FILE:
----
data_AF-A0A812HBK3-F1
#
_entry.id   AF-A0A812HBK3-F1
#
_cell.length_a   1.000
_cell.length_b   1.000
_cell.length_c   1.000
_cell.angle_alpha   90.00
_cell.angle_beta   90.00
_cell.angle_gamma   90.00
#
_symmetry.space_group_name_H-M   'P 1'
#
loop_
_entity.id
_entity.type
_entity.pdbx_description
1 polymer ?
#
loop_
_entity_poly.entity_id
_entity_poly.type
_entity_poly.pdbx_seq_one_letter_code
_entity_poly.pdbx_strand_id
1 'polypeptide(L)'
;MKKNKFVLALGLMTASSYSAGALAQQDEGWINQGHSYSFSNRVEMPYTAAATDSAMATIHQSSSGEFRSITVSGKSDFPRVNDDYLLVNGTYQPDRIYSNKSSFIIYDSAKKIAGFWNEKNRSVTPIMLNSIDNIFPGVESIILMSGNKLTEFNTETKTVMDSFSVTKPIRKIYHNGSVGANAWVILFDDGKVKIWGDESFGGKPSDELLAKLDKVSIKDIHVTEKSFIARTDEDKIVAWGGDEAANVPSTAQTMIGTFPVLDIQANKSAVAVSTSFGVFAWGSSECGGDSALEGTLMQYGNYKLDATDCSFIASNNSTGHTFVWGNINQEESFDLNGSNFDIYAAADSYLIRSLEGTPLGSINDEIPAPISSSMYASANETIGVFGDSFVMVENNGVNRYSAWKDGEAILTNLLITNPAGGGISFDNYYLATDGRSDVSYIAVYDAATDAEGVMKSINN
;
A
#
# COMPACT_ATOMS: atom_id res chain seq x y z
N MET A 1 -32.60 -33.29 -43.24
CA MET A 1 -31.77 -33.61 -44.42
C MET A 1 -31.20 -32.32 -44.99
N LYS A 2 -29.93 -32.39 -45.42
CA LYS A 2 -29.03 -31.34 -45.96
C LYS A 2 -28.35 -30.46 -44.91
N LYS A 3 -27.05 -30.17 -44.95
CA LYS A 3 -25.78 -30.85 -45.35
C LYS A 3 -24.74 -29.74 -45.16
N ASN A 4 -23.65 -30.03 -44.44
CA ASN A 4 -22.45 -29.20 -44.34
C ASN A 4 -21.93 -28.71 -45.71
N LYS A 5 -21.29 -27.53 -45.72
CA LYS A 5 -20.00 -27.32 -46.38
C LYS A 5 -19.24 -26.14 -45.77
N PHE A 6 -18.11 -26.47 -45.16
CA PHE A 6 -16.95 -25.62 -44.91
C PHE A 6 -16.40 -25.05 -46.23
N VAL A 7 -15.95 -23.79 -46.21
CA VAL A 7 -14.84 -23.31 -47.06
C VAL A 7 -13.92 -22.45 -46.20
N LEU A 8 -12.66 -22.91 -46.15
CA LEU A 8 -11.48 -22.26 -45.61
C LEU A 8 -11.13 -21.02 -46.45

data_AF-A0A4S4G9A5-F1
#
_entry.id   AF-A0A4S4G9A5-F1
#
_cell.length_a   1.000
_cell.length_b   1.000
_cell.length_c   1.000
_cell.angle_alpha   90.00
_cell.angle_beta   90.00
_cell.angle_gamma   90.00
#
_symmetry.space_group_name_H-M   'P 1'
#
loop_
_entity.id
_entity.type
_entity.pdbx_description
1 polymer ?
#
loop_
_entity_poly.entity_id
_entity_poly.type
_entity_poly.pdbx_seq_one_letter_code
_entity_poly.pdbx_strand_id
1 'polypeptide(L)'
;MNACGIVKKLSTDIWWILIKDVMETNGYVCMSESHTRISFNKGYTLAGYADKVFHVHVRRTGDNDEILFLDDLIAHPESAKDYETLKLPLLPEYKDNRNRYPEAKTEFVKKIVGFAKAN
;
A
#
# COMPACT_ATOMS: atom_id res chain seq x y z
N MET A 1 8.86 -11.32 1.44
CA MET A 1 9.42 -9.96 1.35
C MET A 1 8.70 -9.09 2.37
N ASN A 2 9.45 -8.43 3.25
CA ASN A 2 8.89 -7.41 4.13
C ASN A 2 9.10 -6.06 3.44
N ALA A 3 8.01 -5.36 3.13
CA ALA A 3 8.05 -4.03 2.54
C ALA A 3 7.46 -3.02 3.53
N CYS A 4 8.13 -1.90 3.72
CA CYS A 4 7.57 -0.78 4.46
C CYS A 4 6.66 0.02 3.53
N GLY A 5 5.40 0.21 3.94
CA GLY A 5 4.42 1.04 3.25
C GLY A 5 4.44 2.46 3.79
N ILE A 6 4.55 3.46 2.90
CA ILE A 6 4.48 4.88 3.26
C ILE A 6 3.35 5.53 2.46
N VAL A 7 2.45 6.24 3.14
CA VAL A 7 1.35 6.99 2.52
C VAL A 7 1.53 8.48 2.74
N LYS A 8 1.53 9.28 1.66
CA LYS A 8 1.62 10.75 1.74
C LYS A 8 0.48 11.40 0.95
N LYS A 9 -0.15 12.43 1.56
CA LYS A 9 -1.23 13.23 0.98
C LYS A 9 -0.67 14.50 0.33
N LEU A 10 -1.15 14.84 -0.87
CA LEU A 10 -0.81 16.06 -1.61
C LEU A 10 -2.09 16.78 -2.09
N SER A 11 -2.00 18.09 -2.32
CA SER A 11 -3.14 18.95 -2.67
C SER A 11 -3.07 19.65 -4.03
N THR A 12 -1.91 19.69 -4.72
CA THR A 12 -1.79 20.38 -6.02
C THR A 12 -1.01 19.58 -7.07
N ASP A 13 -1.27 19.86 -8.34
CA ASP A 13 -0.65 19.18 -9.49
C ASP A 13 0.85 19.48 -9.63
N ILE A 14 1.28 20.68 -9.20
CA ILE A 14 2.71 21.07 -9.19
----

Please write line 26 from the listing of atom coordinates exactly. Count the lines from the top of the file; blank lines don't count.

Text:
;MKKNKFVLALGLMTASSYSAGALAQQDEGWINQGHSYSFSNRVEMPYTAAATDSAMATIHQSSSGEFRSITVSGKSDFPRVNDDYLLVNGTYQPDRIYSNKSSFIIYDSAKKIAGFWNEKNRSVTPIMLNSIDNIFPGVESIILMSGNKLTEFNTETKTVMDSFSVTKPIRKIYHNGSVGANAWVILFDDGKVKIWGDESFGGKPSDELLAKLDKVSIKDIHVTEKSFIARTDEDKIVAWGGDEAANVPSTAQTMIGTFPVLDIQANKSAVAVSTSFGVFAWGSSECGGDSALEGTLMQYGNYKLDATDCSFIASNNSTGHTFVWGNINQEESFDLNGSNFDIYAAADSYLIRSLEGTPLGSINDEIPAPISSSMYASANETIGVFGDSFVMVENNGVNRYSAWKDGEAILTNLLITNPAGGGISFDNYYLATDGRSDVSYIAVYDAATDAEGVMKSINN